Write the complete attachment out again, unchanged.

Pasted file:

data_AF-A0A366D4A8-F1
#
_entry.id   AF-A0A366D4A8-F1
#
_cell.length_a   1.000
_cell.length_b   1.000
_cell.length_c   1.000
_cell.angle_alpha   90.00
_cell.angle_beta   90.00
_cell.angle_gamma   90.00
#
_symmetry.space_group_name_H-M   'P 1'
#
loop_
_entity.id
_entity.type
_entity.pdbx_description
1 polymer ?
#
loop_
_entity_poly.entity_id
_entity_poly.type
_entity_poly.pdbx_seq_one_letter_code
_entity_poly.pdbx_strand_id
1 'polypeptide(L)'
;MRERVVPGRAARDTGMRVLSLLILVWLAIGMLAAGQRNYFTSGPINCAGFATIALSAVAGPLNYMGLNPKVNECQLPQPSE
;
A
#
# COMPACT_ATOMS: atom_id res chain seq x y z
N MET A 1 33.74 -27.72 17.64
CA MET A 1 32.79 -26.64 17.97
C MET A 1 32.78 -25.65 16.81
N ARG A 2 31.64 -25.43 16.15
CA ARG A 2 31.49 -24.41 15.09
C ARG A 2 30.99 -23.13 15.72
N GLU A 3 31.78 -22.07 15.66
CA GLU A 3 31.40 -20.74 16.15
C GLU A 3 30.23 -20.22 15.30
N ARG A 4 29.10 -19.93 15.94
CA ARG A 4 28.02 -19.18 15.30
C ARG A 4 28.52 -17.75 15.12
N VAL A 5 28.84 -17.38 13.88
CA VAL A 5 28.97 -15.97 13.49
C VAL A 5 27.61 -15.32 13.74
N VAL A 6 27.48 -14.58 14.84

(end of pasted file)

data_AF-A0A366D4A8-F1
#
_entry.id   AF-A0A366D4A8-F1
#
_cell.length_a   1.000
_cell.length_b   1.000
_cell.length_c   1.000
_cell.angle_alpha   90.00
_cell.angle_beta   90.00
_cell.angle_gamma   90.00
#
_symmetry.space_group_name_H-M   'P 1'
#
loop_
_entity.id
_entity.type
_entity.pdbx_description
1 polymer ?
#
loop_
_entity_poly.entity_id
_entity_poly.type
_entity_poly.pdbx_seq_one_letter_code
_entity_poly.pdbx_strand_id
1 'polypeptide(L)'
;MRERVVPGRAARDTGMRVLSLLILVWLAIGMLAAGQRNYFTSGPINCAGFATIALSAVAGPLNYMGLNPKVNECQLPQPSE
;
A
#
# COMPACT_ATOMS: atom_id res chain seq x y z
N MET A 1 33.74 -27.72 17.64
CA MET A 1 32.79 -26.64 17.97
C MET A 1 32.78 -25.65 16.81
N ARG A 2 31.64 -25.43 16.15
CA ARG A 2 31.49 -24.41 15.09
C ARG A 2 30.99 -23.13 15.72
N GLU A 3 31.78 -22.07 15.66
CA GLU A 3 31.40 -20.74 16.15
C GLU A 3 30.23 -20.22 15.30
N ARG A 4 29.10 -19.93 15.94
CA ARG A 4 28.02 -19.18 15.30
C ARG A 4 28.52 -17.75 15.12
N VAL A 5 28.84 -17.38 13.88
CA VAL A 5 28.97 -15.97 13.49
C VAL A 5 27.61 -15.32 13.74
N VAL A 6 27.48 -14.58 14.84